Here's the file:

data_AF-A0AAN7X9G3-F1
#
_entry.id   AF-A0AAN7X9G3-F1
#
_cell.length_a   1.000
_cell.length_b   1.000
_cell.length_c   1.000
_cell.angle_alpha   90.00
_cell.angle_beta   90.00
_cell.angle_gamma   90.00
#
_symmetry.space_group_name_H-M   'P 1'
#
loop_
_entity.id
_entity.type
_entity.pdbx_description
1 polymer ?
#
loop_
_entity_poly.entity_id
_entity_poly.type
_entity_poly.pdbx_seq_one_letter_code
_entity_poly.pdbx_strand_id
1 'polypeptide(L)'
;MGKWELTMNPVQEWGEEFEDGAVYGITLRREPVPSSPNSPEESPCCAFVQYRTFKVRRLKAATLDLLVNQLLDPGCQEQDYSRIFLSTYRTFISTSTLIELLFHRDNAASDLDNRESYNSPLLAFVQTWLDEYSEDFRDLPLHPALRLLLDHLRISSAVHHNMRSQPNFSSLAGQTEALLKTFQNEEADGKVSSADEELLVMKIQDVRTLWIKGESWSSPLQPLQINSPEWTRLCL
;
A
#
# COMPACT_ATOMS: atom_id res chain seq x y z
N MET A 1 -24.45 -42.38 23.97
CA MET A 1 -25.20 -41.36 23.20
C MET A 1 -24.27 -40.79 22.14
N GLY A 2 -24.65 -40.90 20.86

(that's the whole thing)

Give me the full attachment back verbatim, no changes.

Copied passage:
data_AF-A0AAN7X9G3-F1
#
_entry.id   AF-A0AAN7X9G3-F1
#
_cell.length_a   1.000
_cell.length_b   1.000
_cell.length_c   1.000
_cell.angle_alpha   90.00
_cell.angle_beta   90.00
_cell.angle_gamma   90.00
#
_symmetry.space_group_name_H-M   'P 1'
#
loop_
_entity.id
_entity.type
_entity.pdbx_description
1 polymer ?
#
loop_
_entity_poly.entity_id
_entity_poly.type
_entity_poly.pdbx_seq_one_letter_code
_entity_poly.pdbx_strand_id
1 'polypeptide(L)'
;MGKWELTMNPVQEWGEEFEDGAVYGITLRREPVPSSPNSPEESPCCAFVQYRTFKVRRLKAATLDLLVNQLLDPGCQEQDYSRIFLSTYRTFISTSTLIELLFHRDNAASDLDNRESYNSPLLAFVQTWLDEYSEDFRDLPLHPALRLLLDHLRISSAVHHNMRSQPNFSSLAGQTEALLKTFQNEEADGKVSSADEELLVMKIQDVRTLWIKGESWSSPLQPLQINSPEWTRLCL
;
A
#
# COMPACT_ATOMS: atom_id res chain seq x y z
N MET A 1 -24.45 -42.38 23.97
CA MET A 1 -25.20 -41.36 23.20
C MET A 1 -24.27 -40.79 22.14
N GLY A 2 -24.65 -40.90 20.86